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Subject: Why Aceh and not East Timor?
Date: Mon, 24 Aug 1998 17:16:53 +0000
From: "ETISC" <>

ETISC Discussion Paper 7

Why Aceh and not East Timor?

General Wiranto has apologised for military excesses in Aceh, and the Indonesian Human Rights commission has been allowed to investigate mass graves. A few troops have been withdrawn.

Meanwhile in East Timor, military security is as tight as ever, and no concessions have been made to the spirit of reform that is being forced upon the Habibie government. Certainly there is no apology for military excesses since 1975, nor investigations into the many mass graves in East Timor, such as at Lacluta and Tacitola, nor into the whereabouts of the 250 youths who are still missing from the 1991 Santa Cruz massacre.

Why are Aceh and East Timor being treated so differently?

1. Because Aceh is Moslem. Moslems account for 85% of the Indonesian population, and therefore their numbers and influence are much needed by the Habibie government, for the sake of current and future national stability. East Timor is Catholic. Catholics account for only 3% of Indonesia's population. Moreover the East Timorese are unlikely to be to wooed towards an Indonesian patriotism merely by an apology or a grave investigation.

2. Both Habibie and even Wiranto possibly have an eye on the future presidency. In these slightly more liberal days, when votes of people might actually matter in the 1999 elections, it is good to be seen as a good bloke.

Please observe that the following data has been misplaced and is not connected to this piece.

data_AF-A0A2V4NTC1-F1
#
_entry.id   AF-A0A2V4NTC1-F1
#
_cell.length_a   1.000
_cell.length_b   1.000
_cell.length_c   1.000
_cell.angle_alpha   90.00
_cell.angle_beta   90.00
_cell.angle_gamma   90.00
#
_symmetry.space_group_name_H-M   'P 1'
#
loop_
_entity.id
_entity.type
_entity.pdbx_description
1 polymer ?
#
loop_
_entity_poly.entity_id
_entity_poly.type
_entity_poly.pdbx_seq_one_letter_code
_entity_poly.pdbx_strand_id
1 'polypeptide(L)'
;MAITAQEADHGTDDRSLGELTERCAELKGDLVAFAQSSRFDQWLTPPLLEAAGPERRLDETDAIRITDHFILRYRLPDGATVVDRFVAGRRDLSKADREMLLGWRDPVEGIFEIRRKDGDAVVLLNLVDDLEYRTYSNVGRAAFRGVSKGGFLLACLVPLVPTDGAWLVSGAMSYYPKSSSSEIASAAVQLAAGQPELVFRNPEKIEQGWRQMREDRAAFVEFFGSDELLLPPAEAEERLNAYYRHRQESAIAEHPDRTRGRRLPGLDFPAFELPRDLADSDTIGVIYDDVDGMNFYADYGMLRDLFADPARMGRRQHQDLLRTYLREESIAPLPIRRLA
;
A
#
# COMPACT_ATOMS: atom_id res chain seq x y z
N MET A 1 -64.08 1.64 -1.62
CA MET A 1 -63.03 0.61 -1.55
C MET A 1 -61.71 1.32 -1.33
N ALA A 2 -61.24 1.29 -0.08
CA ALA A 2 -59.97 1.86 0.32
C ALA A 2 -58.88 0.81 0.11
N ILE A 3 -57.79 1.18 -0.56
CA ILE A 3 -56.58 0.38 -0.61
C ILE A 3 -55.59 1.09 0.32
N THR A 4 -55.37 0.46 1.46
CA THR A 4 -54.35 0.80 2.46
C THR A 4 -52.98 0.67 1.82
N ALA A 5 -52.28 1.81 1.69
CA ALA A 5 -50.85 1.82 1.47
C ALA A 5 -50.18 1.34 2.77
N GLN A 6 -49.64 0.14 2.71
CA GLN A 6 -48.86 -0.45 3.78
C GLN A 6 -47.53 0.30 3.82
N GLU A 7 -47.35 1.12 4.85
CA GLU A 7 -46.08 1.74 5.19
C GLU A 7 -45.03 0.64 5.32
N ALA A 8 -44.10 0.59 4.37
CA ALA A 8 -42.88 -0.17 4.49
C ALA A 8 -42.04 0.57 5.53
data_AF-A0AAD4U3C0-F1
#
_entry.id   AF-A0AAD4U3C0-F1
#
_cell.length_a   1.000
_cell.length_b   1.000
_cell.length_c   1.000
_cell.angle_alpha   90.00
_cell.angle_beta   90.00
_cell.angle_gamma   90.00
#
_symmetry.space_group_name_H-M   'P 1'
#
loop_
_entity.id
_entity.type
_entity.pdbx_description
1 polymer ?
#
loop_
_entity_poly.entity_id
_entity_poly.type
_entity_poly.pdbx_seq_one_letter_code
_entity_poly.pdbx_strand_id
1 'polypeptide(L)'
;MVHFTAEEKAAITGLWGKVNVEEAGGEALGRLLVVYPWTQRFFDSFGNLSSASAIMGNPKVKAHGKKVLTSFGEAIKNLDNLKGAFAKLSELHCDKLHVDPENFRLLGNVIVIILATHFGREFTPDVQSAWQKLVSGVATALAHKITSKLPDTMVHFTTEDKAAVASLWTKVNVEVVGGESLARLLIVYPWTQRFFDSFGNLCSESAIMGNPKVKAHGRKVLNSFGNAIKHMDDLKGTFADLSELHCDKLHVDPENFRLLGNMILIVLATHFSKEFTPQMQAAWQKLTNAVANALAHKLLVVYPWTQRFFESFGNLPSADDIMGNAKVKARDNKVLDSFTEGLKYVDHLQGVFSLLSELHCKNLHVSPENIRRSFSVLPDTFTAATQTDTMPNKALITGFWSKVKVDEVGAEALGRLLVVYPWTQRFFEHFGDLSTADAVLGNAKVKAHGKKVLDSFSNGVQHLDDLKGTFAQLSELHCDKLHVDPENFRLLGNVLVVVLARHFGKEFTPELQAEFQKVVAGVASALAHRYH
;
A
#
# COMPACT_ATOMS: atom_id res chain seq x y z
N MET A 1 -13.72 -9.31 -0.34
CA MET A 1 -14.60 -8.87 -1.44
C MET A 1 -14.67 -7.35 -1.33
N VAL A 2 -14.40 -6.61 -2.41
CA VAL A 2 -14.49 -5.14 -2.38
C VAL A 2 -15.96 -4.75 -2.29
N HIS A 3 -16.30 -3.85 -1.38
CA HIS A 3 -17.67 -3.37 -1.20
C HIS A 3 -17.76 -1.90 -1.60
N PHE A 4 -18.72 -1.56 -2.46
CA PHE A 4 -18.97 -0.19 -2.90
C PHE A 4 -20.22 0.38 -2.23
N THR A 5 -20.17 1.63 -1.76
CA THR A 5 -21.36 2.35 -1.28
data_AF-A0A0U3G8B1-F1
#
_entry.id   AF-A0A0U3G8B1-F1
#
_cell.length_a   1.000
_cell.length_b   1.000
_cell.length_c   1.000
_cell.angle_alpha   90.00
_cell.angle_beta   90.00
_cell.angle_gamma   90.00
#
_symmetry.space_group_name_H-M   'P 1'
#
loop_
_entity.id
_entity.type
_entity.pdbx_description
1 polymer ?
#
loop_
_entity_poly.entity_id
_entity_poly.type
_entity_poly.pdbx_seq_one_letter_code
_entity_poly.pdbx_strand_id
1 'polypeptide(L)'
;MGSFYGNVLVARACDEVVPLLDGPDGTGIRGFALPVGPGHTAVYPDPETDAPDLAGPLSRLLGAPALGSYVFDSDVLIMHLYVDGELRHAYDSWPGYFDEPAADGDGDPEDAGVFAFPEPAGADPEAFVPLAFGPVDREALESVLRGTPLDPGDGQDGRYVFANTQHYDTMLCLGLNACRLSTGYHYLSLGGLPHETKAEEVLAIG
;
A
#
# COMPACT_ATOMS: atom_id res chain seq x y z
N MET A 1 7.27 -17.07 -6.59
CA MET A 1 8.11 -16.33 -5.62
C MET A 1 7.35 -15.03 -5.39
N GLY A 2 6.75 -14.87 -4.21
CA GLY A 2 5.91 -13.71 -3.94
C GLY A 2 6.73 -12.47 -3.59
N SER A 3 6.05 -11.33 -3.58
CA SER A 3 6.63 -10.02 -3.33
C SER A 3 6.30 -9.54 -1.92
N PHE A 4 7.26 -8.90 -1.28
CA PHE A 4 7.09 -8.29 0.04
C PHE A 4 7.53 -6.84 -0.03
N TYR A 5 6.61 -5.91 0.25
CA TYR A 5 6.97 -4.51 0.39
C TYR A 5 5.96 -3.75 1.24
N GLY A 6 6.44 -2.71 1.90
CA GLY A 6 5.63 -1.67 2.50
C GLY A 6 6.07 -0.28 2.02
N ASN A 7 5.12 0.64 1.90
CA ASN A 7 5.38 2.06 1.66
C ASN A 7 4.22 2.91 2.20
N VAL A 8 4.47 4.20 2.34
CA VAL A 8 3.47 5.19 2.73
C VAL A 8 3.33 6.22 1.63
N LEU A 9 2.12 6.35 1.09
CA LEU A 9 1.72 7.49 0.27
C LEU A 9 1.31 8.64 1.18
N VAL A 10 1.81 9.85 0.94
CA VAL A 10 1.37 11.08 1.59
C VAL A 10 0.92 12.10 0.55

3. Indonesia is financially bankrupt. It can save money by withdrawing its 12,000 troops from Aceh and it is probably regarded as a reasonable risk that Aceh will stay stable. Anyway most of the troops will only be withdrawn to Medan, in the neighbouring province of North Sumatra, from where they can easily be re-deployed. However a similar withdrawal from East Timor would be too much of a political risk. It would also be more of a military risk, for any genuine troop withdrawal would entail taking troops by ship to Bali or Java.

4. Indonesia intends to grant some autonomy to East Timor, but is totally opposed to a referendum or independence. Habibie and Wiranto know that any relaxing of their grip on East Timor will immediately open the way to uncontrollable demands for independence.

East Timorese should take note of this inequality, and in return demand equal treatment, and indeed MORE - because East Timor was never part of the Dutch East Indies.

East Timor International Support Center

Other ETISC Discussion papers in this series

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